Teaching creatively is about teacher input. For example, this might be using film to teach literacy rather than a book; presenting a maths problem in an interesting and engaging way; or maybe just making your classroom environment bright and attractive. This certainly might help pupil engagement or make the classroom a more fun place to be, but these things are all about the teacher's creativity. In fact, this is just traditional teaching done in a more engaging, interesting way. Of course, there is certainly value to this. I mean, who wouldn't want a teacher who is fun and imaginative? Yet, it doesn't mean creativity will flourish. With the creative impetus coming from the teacher, the traditional power balance of the classroom stays exactly the same. Creative teacher input can easily be followed by worksheets. Using a hand puppet to explain phonics guarantees nothing.  

Teaching for creativity, on the other hand, is a much more radical and complicated idea. And, from my experience, this is mostly absent from primary classrooms - and if we are being honest, it is largely absent from education in general beyond the Early Years. To teach for creativity, the children need to be given ownership over the process of learning. In this way, creativity is partly about self-directed learning, finding solutions to problems and stretching what you thought was possible. For example, asking the children what they would like to write about in literacy and discussing how they might go about it would engage children not only with the lessons but with the process of learning itself. The challenge gives it direction and purpose. Setting children open-ended challenges, investigations, design projects and so on invites them to propose solutions and work together to achieve things. If you've read my blog post about Mr Collins and the ping pong balls, you'll see what I mean. If you haven't read it, you've really/maybe/not missed out. If we are honest with ourselves, when do we really ever see this happen in a meaningful way? I have worked in lots of schools that claim to be creative hubs and I am yet to see a good example of teachers letting the children take the lead.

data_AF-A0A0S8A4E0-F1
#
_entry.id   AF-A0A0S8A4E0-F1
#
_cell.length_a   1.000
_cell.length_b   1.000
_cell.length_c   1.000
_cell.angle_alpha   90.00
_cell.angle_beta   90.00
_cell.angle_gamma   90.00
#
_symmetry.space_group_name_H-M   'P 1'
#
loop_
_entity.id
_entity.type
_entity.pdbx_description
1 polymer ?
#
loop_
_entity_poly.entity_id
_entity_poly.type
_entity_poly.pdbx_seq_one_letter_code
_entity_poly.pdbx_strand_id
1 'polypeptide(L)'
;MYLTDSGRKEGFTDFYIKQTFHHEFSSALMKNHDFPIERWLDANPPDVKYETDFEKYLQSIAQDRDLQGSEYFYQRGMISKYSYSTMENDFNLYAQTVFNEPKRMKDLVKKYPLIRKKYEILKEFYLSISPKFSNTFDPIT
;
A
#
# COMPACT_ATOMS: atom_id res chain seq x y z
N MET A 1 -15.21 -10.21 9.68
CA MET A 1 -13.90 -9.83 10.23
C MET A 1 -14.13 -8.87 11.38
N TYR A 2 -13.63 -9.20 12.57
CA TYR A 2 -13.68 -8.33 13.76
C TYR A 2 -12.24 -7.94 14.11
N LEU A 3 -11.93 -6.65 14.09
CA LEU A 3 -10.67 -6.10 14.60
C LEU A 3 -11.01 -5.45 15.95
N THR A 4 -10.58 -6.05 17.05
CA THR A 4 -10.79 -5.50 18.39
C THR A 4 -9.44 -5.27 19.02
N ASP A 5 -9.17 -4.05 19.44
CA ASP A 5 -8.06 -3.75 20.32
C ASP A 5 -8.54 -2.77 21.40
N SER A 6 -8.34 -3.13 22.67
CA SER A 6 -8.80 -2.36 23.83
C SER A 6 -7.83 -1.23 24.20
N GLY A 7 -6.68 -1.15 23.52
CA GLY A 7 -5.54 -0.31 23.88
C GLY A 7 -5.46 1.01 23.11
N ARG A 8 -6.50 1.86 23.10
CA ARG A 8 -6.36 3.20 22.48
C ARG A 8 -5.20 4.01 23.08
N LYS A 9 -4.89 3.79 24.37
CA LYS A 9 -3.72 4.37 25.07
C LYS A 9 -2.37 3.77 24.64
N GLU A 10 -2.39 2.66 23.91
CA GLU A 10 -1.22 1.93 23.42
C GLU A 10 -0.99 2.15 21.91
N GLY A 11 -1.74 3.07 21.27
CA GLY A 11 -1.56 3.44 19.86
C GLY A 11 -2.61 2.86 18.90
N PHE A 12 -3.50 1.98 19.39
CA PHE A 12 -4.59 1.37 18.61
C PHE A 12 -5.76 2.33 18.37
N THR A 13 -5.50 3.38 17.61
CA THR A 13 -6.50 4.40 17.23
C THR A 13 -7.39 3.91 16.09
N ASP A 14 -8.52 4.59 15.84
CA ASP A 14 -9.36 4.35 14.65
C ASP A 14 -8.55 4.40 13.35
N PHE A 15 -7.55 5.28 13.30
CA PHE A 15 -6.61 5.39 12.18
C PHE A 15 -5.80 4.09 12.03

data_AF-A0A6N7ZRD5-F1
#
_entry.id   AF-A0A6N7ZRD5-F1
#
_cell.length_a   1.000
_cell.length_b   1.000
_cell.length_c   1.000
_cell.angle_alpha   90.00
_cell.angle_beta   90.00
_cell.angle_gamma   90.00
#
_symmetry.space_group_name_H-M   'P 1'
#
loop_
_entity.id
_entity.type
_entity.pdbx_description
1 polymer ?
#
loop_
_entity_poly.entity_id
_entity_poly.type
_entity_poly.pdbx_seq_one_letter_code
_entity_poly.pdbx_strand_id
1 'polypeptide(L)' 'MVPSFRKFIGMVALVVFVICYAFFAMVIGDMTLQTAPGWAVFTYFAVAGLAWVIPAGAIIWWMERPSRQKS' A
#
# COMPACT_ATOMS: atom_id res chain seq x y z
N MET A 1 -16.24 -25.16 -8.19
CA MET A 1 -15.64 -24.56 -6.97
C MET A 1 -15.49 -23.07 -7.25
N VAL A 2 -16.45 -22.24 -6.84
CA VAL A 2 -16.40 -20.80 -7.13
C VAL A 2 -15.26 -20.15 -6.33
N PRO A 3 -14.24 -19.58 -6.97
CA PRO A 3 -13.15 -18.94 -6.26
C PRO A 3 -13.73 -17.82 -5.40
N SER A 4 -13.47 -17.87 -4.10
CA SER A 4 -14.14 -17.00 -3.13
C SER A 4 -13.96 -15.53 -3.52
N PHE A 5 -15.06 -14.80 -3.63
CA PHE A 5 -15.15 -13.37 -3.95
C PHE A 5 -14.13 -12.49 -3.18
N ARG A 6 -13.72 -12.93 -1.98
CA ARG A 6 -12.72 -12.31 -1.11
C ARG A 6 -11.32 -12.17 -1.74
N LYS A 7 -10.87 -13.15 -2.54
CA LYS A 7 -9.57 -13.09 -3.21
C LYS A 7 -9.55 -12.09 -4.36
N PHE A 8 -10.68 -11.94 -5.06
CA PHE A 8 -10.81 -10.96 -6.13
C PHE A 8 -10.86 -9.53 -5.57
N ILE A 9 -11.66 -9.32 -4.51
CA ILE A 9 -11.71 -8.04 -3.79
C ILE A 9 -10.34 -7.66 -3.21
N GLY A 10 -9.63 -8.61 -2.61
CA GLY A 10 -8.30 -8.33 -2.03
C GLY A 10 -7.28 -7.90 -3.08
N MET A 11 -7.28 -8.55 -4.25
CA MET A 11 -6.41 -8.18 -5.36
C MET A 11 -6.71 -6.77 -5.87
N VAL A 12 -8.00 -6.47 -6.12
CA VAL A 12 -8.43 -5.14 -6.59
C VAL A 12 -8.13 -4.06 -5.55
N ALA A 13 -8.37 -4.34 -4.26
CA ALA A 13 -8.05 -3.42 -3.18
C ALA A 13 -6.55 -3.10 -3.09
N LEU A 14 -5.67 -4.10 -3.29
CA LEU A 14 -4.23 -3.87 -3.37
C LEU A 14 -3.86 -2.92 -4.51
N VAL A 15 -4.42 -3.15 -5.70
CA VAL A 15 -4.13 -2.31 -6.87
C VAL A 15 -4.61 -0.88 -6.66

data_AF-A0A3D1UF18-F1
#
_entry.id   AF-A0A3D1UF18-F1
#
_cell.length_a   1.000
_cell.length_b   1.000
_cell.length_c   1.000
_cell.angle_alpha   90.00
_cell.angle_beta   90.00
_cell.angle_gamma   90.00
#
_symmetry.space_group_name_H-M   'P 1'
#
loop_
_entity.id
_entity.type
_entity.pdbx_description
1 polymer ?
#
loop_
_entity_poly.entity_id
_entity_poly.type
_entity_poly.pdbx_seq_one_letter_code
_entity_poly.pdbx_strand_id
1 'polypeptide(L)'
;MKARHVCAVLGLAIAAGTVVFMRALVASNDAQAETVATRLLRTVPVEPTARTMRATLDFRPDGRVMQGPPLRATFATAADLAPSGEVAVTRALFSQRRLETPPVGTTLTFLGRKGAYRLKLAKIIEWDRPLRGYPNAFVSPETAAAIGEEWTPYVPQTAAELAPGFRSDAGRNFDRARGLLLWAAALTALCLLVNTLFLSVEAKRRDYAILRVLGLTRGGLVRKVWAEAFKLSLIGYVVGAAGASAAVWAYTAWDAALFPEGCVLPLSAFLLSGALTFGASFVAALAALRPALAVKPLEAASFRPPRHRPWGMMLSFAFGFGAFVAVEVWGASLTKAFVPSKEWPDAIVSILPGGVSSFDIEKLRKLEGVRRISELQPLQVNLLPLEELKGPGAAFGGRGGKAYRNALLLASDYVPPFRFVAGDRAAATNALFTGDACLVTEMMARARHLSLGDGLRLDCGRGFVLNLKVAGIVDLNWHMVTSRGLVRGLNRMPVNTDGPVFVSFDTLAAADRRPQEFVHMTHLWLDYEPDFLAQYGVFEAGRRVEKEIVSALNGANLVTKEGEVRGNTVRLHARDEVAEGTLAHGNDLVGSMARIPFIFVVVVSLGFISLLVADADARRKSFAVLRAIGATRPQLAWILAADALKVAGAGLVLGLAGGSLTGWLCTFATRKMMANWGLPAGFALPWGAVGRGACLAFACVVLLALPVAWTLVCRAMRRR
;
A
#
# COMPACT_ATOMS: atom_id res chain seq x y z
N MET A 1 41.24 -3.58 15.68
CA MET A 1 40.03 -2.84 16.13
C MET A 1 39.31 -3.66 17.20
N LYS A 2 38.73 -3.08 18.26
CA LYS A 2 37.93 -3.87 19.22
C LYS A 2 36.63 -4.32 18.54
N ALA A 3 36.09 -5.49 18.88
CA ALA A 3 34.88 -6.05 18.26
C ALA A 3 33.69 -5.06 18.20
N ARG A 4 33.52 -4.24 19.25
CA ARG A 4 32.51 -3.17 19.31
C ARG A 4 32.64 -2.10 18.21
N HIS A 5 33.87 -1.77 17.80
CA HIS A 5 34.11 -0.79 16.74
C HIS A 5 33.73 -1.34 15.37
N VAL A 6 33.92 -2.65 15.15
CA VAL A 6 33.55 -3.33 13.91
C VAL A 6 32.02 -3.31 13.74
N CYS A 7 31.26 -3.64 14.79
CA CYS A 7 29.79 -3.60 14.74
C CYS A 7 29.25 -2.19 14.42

Often a problem with this approach is that it challenges the teacher to work with the children in a different way and that can feel like a risk. I mean, aren't we supposed to be the experts who instruct? In this frame of mind, teachers often feel like they have to teach children how to be creative. Take a minute to think about that. I mean, how much do you really have to say to a seven year old about being imaginative? No, the person who needs to change is the teacher themselves. As one academic put it, the teacher needs to be the 'compass' not the map and being prepared to guide the children through problems and challenges rather than leading them. I'll write more about this over the next few weeks and about what this might look like in practice.

So, when trying to decide if your classroom is in fact a creative place, think about how often you involve children in determining the process of learning. How much ownership do you really give them? If the answer is 'not very often' or 'not at all' then it might be worth thinking about how you can change it.

I will write more about creative classrooms in further blog posts. I have lots of ideas and this is a great place to start the conversation about creativity. If you would like further reading on creativity, I can recommend 'Out of Our Minds' by Sir Ken Robinson. It's an excellent read.          
    
Keywords: creative, creativity, classroom, primary education